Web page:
Hacking Easy on Un-patched Windows XP with SP1
A security professional in London took just six minutes to hack a system running Windows XP that had Service Pack 1 loaded but was devoid of subsequent patches. Officers at an event named Get Safe Online on November 12, 2007, in attempts to increase computer security awareness among small and medium businesses connected a Windows XP system with Service Pack 1 to a wireless network that was not secured.
The Windows PC neither had anti-spyware software, anti-virus software, nor a firewall deployed. The challenge involved connecting to a local server and retrieving a word file containing passwords. The planned attack took just 6 minutes to happen and 11 minutes to download the password file.
The e-crime specialist officers of the Serious Organized Crime Agency said the demonstration purely tried to show that a system that is un-patched is relatively easy to hack. It would therefore be intelligent to have the system loaded with SP2 and also the current patches installed and to run it on a wireless network that is secured.
During the event, Head of platform strategy, Nick McGrath for Microsoft, said the demonstration was both frightening and enlightening that showed how easy it was to attack a Windows PC. But this PC had freshly arrived that was neither updated nor patched, McGrath said. Macobserver published McGrath's statement on November 13, 2007.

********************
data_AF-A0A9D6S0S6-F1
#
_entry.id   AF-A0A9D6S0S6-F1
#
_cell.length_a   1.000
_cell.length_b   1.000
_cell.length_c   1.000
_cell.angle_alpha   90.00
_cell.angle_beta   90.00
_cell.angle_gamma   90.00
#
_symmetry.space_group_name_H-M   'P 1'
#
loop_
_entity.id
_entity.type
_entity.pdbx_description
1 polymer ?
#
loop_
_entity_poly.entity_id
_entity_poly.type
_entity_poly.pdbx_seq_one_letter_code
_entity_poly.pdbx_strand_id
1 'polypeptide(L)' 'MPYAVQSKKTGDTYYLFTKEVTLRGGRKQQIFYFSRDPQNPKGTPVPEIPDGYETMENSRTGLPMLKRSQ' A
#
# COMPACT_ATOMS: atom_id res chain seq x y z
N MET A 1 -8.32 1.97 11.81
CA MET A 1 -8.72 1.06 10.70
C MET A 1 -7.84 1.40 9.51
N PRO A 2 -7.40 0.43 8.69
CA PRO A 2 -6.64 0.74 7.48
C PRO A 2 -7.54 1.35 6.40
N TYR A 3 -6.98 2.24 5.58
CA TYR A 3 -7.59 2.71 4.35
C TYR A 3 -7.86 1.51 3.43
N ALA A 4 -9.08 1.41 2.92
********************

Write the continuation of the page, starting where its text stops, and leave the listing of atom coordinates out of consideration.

In the demonstration, one officer named Mick performed the hacking operation as he connected his computer to the unsecured wireless network and broke into his fellow officer's computer that did not have patches installed. Mick employed an open-source exploit tracking device that he obtained as an Internet download.
Using another attack device, Mick prepared a report that presented the details of the security flaws affecting the system. He then tried demonstrating the exploitation of one of the flaws. Armed with the attack device, Mick developed a malicious code in MS-DOS, and inserted a payload so that the resultant malware exploited the vulnerability in just two minutes.
The demonstration sends a message to users that they should install the patches on Windows and Macs as soon as they are published.
Related article: Hacking Attacks Are Increasing to Haunt Banks
» SPAMfighter News - 11/26/2007
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